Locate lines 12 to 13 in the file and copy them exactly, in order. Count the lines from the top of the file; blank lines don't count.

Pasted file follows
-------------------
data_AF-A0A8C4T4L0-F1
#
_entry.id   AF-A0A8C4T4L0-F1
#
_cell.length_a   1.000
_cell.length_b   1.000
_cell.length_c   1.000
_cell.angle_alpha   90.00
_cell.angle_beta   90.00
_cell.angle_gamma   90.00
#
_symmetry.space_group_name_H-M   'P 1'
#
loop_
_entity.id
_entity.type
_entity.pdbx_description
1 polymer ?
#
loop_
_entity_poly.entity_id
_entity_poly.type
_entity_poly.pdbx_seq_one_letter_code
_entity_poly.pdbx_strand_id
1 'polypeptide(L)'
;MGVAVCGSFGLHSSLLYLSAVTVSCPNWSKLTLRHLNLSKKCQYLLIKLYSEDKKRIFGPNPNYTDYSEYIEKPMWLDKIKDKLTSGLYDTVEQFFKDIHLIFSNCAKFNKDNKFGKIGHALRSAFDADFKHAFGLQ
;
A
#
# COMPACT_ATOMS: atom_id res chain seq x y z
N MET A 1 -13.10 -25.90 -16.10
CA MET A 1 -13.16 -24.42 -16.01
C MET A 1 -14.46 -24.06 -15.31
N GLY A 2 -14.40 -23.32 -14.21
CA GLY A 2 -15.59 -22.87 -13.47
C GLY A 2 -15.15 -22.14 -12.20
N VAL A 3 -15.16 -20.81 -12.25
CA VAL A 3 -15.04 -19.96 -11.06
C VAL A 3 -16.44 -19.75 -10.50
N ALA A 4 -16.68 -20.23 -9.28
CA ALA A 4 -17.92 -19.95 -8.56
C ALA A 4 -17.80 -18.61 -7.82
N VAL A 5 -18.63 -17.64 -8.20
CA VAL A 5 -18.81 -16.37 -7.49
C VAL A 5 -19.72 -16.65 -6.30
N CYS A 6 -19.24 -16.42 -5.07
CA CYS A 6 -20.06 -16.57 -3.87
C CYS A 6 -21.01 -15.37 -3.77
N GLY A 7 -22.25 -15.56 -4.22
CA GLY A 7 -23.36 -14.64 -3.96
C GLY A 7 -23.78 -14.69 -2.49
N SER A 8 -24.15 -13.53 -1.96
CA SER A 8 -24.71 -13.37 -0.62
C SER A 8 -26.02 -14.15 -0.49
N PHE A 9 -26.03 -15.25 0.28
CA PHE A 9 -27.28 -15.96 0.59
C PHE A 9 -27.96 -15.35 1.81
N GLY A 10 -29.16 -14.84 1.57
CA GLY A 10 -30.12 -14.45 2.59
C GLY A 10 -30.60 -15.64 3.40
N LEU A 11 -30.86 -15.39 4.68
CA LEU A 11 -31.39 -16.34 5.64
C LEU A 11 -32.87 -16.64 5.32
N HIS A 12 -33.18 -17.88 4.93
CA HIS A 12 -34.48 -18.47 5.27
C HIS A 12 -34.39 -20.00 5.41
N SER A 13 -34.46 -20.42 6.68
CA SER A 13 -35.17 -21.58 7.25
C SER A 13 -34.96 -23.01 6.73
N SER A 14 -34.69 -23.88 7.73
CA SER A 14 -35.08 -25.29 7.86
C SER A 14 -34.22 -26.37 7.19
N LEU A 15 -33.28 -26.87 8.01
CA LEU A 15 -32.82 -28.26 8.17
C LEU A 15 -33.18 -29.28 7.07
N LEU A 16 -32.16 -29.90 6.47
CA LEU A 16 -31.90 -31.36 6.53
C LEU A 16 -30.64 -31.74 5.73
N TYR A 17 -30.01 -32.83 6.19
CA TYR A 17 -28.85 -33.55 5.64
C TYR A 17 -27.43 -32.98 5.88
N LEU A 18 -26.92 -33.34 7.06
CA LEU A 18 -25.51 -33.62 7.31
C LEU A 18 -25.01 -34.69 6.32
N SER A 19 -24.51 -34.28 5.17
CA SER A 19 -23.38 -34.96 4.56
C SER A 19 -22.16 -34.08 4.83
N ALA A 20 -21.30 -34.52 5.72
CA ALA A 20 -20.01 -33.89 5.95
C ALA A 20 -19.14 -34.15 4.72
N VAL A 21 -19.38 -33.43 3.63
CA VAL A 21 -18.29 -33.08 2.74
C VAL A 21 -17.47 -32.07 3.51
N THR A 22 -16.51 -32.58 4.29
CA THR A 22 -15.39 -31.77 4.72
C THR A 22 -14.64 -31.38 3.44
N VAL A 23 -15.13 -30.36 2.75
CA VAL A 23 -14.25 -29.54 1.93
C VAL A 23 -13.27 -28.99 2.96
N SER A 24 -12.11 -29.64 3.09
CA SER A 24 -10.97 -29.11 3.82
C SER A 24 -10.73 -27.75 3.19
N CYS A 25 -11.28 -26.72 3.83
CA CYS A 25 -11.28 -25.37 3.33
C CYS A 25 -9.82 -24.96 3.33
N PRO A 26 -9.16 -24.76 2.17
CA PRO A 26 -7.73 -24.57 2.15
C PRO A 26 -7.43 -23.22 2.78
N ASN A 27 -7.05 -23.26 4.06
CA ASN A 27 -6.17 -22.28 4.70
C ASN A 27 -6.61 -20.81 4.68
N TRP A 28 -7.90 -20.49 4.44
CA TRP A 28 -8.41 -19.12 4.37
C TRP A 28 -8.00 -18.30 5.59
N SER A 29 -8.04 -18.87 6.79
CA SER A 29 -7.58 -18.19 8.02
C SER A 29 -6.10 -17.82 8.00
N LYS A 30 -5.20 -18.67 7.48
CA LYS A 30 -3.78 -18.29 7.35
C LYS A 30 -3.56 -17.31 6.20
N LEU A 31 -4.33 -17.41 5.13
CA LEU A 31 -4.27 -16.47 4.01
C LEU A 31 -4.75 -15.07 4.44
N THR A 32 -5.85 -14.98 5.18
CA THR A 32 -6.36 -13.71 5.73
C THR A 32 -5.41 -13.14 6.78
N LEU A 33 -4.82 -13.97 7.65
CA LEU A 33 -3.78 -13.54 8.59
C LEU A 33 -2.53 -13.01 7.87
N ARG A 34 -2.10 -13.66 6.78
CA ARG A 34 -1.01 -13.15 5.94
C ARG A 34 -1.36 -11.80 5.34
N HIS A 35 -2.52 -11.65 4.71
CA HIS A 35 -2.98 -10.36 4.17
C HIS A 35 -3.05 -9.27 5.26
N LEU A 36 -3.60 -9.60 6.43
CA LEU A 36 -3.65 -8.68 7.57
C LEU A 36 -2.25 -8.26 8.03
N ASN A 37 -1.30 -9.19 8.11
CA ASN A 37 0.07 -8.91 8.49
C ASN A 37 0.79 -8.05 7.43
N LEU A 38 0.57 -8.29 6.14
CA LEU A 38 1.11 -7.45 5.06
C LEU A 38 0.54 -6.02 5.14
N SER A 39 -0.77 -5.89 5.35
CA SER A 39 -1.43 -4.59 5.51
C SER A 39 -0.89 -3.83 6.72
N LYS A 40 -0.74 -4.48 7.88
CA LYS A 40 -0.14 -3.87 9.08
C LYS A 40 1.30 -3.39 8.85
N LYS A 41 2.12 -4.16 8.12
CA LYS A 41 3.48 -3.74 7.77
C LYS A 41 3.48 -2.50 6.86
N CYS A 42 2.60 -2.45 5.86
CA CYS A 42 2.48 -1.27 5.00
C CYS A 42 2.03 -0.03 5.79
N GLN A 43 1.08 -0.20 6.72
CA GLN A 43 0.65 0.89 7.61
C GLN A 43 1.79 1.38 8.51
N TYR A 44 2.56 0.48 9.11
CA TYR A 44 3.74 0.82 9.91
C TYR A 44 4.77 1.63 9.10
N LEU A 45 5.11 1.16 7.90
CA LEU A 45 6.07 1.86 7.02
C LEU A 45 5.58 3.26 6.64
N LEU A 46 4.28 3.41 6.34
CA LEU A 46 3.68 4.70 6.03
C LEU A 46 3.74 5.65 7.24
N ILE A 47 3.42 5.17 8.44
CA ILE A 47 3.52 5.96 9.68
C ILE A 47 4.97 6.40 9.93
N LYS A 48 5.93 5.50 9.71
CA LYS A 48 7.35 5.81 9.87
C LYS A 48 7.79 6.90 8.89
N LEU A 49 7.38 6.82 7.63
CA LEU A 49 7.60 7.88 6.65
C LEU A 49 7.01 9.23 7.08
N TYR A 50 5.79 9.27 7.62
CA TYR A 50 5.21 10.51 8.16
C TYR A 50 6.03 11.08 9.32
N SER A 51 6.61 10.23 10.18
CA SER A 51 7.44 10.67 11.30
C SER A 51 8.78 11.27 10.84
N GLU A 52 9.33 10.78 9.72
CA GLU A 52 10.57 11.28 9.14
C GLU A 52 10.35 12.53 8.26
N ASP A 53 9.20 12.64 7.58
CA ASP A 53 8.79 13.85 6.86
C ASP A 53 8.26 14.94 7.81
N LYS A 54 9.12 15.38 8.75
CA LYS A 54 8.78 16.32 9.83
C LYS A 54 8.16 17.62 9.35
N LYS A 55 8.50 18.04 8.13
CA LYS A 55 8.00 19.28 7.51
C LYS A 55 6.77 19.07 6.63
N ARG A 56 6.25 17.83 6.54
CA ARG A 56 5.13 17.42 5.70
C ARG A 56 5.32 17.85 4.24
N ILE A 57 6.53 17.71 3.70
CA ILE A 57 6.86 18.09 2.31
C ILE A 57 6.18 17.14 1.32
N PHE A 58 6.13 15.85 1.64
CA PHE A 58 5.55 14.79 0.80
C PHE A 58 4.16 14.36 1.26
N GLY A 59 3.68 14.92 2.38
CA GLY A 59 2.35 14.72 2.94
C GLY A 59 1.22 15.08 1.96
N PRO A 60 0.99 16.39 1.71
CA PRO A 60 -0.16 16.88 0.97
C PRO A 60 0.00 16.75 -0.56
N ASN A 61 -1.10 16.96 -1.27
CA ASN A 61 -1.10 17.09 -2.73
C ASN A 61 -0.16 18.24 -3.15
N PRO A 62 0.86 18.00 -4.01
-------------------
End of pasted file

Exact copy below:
_symmetry.space_group_name_H-M   'P 1'
#